Bigsoccer Writers Thread

Discussion in 'Movies, TV and Music' started by Michael K., Aug 5, 2002.

  1. Michael K.

    Michael K. Member

    Mar 3, 1999
    There or Thereabouts
    Nat'l Team:
    United States
    I know there's a few of you out there...published (nice one, irvine), unpublished, and just a little published (ah, that's me). I figured I'd throw this little thread out here to see who else is ruining his lif.....I mean, aiming for immortality via the written word. Or just trying to make a buck or two.

    So...talk about whatever you like here re: your work, what kind of stuff you do/want to do, general bitching and moaning. Blatant self-promotion is perfectly all right by me too....

    FWIW, I write some short stories ('literary fiction' - a catch-all term that basically describes a genre in which no story can have a happy ending), a couple of which have been published here and there (mostly online)...I'm looking to write a novel, but at the moment that prospect looks only a little less daunting than jumping over the moon. I write some travel pieces as well, which I'm trying to get published at the moment. Working on a website, which I'll have up relatively soon so you can get a look at what I do, if you're so inclined...feel free to drop a link to yours, as well.
     
  2. whirlwind

    whirlwind New Member

    Apr 4, 2000
    Plymouth, MI, USA
    Published, but in a minor-league kinda way. I had two short stories published in Future Wars magazine, a fanzine for MechWarrior players, back in the late 90's.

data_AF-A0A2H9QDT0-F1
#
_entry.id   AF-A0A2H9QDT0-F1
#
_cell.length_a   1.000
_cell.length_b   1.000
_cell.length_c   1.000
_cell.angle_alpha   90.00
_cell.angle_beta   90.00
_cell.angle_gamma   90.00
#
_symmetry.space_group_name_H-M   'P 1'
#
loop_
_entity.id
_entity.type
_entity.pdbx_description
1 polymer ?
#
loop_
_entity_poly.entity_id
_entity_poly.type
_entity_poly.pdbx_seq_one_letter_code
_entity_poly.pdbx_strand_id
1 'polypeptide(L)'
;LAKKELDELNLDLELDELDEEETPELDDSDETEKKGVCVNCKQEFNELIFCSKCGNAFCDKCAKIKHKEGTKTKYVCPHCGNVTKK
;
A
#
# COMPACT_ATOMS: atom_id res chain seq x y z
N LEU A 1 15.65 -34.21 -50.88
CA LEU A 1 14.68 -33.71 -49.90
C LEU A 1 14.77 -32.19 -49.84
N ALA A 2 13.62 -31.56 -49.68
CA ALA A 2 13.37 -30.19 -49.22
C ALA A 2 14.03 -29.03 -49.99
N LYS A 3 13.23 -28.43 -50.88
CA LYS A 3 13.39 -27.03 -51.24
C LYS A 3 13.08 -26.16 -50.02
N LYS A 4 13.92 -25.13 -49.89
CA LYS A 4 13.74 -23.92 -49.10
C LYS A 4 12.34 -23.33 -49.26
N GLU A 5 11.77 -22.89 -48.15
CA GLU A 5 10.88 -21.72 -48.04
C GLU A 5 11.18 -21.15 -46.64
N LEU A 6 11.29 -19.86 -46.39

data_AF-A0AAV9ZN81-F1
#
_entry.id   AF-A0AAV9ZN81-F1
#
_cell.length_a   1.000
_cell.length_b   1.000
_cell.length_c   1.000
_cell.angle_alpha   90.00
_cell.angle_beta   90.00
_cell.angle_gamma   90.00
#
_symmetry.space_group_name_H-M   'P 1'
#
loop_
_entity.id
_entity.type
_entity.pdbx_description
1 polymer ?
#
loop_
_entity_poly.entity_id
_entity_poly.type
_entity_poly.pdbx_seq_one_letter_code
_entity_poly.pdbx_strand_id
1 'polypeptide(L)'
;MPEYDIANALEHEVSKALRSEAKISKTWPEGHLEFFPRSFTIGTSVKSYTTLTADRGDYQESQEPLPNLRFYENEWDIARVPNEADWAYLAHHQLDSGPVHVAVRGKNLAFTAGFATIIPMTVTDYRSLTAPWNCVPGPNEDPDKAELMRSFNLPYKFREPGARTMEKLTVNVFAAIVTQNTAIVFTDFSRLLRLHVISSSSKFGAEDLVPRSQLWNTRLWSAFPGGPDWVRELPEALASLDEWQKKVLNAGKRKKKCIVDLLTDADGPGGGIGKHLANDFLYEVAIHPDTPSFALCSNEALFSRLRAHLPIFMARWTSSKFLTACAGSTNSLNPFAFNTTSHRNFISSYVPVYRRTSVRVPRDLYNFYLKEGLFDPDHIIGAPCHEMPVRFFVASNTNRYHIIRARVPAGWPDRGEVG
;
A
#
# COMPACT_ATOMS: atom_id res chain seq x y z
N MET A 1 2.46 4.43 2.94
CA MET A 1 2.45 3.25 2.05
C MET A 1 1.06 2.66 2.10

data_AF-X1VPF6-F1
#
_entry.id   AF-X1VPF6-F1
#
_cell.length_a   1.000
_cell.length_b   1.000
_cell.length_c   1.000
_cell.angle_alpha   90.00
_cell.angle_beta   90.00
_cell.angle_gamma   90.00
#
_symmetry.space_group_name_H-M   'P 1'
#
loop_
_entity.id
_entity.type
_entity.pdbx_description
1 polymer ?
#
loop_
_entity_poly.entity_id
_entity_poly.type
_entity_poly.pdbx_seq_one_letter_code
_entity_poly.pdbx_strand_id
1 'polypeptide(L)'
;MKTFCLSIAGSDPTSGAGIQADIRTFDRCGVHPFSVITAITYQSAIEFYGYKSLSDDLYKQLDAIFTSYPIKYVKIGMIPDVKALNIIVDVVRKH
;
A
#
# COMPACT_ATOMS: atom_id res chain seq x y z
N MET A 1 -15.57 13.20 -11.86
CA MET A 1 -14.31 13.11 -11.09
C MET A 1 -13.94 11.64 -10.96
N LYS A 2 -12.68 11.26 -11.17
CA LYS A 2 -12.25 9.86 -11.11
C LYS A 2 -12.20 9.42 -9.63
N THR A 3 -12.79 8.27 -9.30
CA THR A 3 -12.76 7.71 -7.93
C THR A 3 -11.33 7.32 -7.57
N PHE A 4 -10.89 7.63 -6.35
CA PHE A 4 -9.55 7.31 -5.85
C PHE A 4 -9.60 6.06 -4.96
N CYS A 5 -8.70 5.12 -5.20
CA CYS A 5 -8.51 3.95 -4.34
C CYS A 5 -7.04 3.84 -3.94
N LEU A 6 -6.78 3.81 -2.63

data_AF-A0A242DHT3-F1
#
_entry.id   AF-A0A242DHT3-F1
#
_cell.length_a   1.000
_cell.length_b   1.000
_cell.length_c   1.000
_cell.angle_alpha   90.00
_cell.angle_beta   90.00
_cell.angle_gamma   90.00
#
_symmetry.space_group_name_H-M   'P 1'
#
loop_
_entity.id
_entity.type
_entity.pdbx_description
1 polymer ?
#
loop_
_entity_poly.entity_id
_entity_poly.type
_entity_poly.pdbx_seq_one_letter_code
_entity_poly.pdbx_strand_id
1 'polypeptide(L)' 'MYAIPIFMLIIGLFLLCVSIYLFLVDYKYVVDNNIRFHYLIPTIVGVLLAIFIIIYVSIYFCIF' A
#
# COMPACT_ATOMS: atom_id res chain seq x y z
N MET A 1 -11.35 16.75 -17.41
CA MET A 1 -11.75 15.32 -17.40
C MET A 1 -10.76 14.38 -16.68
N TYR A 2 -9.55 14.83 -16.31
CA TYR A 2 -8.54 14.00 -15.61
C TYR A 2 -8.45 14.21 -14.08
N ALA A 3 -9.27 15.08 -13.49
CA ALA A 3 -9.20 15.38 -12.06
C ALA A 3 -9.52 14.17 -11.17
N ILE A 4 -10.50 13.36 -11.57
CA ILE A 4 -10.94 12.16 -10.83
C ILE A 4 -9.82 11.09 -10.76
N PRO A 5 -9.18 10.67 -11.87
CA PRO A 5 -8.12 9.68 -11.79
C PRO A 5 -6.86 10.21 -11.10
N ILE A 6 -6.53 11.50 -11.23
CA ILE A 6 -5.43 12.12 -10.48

I ended up as their layout and graphic design guy for a few issues, and did the cover art for three, before it folded.

    I also had a horror short story accepted for publication by a magazine which then went belly-up before ever publishing. I wonder, do First North American Publication Rights revert to the author if the magazine never goes to press? If so, I should resubmit it somewhere else.

    Actually, come to think of it, I've written two books that have sold tens of thousands of copies--unfortunately, they're computer software manuals (distributed with the program) so that doesn't really count.

    I've been working on a novel now for years, but it's awfully slow (especially when you've trash-canned it three times.)

    I haven't posted any fiction on the web, but some of my 3D artwork is on my site, in the art gallery on http://www.whirlwindproductions.com
     
  3. Jacen McCullough

    Nov 23, 1998
    Maryland
    I write a ton of stuff in a few different genre's. My short fiction is mostly influenced by the work of DH Lawrence (if you haven't read his work, do so, as he creates incredibly strong characters.) Nothing published there, but I haven't submitted anything, so that should explain it! I did post a bunch of stories in one of the FFA threads on Bigsoccer, but they were wiped out in one of crashes. I'm currently working on my first two novels (when I get slow with ideas or don't like what I'm writing on one, I'll switch to the other). The 1st is a sort of coming of age story, where a grown child of a broken home receives a wedding invitation from his estranged father, and goes through the kids life leading up to his decision to go or skip the wedding. The 2nd is a piece of metafiction (a style of writing where the author uses other fiction in the story. See: Flaubert's Parrot and Wide Sargasso Sea). It's basically a modern rewrite of the Canterbury Tales. In my version, all of the religious pilgrims have been converted into their modern counterparts, and all of the completed tales will have a modern spin. The basic premise is that instead of a bunch of people on a religious pilgrimmage, the story is set around a group of people stuck on a bus in a traffic jam, on their way to the bank (ie: money is the new religion). The ending devised by myself and a friend is great in my oh so humble opinion, but I'm not going to give away all of my secrets, and you'll have to buy it when it gets published to find out!! :)

    JMac
     
  4. irvine

    irvine Member

    Nov 24, 1998
    S. Portland, ME
    The guy with the BigSoccer name Scribe is a working screenwriter.

    Whirlwind: if the mag folded, the story is yours again. The same thing happened to my wife about eight years ago.